Sunday, October 9, 2011

"Marking Time: Voyage to Vietnam" exhibit in Oklahoma City

A fascinating exhibit, "Marking Time: Voyage to Vietnam," is schedule to open October 13 at the Gaylord-Pickens Oklahoma Heritage Museum in Oklahoma City.  The exhibit will feature original and recreated graffiti from inside the General Nelson M. Walker troopship, which carried American soldiers from the west coast to Vietnam.

According to a report in the Oklahoman:
Corie Baker, spokeswoman for the museum, said she got the idea to bring the traveling exhibit to Oklahoma City when when she saw a special on TV about the decades-old graffiti. Her late father also was a decorated Vietnam veteran.
“These graffiti images feature what the soldiers were thinking at the time,” Baker said. “Kind of like messages back home throughout the war.”
The exhibit's website, which includes stories of individual soldiers, some great audio clips, and a wealth of historical information, explains:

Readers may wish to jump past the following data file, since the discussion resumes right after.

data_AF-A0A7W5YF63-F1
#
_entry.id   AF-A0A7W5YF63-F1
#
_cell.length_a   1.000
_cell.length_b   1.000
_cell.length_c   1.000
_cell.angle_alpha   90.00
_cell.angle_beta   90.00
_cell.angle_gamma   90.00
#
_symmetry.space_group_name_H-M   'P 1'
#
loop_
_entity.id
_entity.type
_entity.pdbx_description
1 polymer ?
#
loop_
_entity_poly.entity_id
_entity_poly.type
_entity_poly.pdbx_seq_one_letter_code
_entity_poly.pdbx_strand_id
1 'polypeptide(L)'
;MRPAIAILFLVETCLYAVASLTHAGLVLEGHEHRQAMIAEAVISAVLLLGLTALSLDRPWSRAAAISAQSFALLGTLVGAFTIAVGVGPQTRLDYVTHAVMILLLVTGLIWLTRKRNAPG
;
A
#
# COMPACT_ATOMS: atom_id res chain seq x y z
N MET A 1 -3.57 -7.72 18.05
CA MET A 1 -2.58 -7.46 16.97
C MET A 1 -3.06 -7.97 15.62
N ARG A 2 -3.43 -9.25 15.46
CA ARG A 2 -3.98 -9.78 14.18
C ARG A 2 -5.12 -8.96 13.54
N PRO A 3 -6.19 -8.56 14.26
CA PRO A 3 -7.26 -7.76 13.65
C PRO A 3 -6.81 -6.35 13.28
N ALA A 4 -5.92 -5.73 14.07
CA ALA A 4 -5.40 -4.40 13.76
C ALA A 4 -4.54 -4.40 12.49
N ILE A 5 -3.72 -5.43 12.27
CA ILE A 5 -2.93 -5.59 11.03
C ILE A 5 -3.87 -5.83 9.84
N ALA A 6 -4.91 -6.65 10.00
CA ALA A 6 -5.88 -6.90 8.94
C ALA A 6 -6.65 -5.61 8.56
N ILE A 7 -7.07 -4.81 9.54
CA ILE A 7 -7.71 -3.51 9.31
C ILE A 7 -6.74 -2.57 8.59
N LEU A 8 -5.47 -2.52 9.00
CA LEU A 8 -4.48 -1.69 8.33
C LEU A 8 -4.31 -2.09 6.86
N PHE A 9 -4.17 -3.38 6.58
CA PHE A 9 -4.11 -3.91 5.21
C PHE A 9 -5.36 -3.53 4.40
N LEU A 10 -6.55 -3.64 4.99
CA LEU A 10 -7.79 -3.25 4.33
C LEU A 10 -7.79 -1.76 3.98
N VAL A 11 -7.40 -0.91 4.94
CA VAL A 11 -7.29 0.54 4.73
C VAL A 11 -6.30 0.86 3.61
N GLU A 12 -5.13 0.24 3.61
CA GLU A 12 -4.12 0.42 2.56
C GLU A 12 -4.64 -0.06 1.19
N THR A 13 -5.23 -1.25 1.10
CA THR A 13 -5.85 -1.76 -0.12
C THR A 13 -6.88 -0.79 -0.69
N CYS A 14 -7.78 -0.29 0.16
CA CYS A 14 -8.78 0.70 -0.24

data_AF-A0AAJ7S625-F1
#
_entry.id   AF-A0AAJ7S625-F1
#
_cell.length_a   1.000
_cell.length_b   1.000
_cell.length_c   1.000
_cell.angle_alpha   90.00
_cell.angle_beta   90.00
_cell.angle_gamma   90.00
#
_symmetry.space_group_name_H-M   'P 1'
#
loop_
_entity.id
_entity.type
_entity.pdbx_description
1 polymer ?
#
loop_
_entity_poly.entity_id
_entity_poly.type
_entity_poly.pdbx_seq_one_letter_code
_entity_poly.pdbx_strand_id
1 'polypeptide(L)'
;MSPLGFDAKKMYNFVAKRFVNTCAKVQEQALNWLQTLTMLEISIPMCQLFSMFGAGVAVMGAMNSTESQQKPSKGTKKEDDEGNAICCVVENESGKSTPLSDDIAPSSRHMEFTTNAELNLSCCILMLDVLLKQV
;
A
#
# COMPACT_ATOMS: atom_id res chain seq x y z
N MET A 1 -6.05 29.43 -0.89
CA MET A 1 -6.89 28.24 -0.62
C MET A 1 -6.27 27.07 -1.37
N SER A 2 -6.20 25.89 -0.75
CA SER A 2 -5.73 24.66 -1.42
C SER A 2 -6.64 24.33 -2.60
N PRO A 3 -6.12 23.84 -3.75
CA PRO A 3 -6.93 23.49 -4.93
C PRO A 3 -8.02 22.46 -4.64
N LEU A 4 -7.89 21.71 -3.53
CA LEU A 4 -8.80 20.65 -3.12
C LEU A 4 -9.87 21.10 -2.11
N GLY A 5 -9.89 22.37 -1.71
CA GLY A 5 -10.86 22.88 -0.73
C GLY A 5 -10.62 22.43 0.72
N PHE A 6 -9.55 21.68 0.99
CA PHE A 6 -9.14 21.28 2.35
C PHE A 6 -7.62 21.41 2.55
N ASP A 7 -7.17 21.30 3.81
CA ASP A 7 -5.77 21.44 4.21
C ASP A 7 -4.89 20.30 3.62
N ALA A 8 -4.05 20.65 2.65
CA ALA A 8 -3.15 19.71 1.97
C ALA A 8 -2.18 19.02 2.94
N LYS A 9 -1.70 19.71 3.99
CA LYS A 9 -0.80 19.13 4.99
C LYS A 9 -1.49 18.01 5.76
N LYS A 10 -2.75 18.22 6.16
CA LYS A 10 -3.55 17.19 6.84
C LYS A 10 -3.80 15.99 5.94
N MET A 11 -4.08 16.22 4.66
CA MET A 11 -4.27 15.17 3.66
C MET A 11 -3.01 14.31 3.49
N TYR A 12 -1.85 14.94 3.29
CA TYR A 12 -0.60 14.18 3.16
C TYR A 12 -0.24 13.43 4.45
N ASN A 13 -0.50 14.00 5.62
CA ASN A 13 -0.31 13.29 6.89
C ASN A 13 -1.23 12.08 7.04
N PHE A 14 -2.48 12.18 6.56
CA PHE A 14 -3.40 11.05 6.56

Marking Time: Voyage to Vietnam presents the stories, through graffiti left on a troopship’s bunk canvases, of young American soldiers and Marines going to Vietnam during the 1960s. Their stories reflect the attitudes and events during a turbulent decade of our nation’s history—the 1960’s.

The exhibit was developed by Art and Lee Beltrone of Keswick, Virginia, founders of the Vietnam Graffiti Project (VGP). When the graffiti aboard the troopship General Nelson M. Walker was discovered in 1997, the VGP was created to preserve examples of the historic canvases by removing them from the ship and placing them in museums throughout the country. The Walker was destined to be scrapped and everyone feared the historic canvases would be forever lost.
After the jump, you can see two videos from the exhibit's website.  One details the history of the troops aboard the Walker.  The other is a CBS News report about the exhibit.  There are also several pictures from the exhibit's website and from The Oklahoman.

Videos from the exhibit's website:

Photo from the exhibit's website:

Photos from The Oklahoman:

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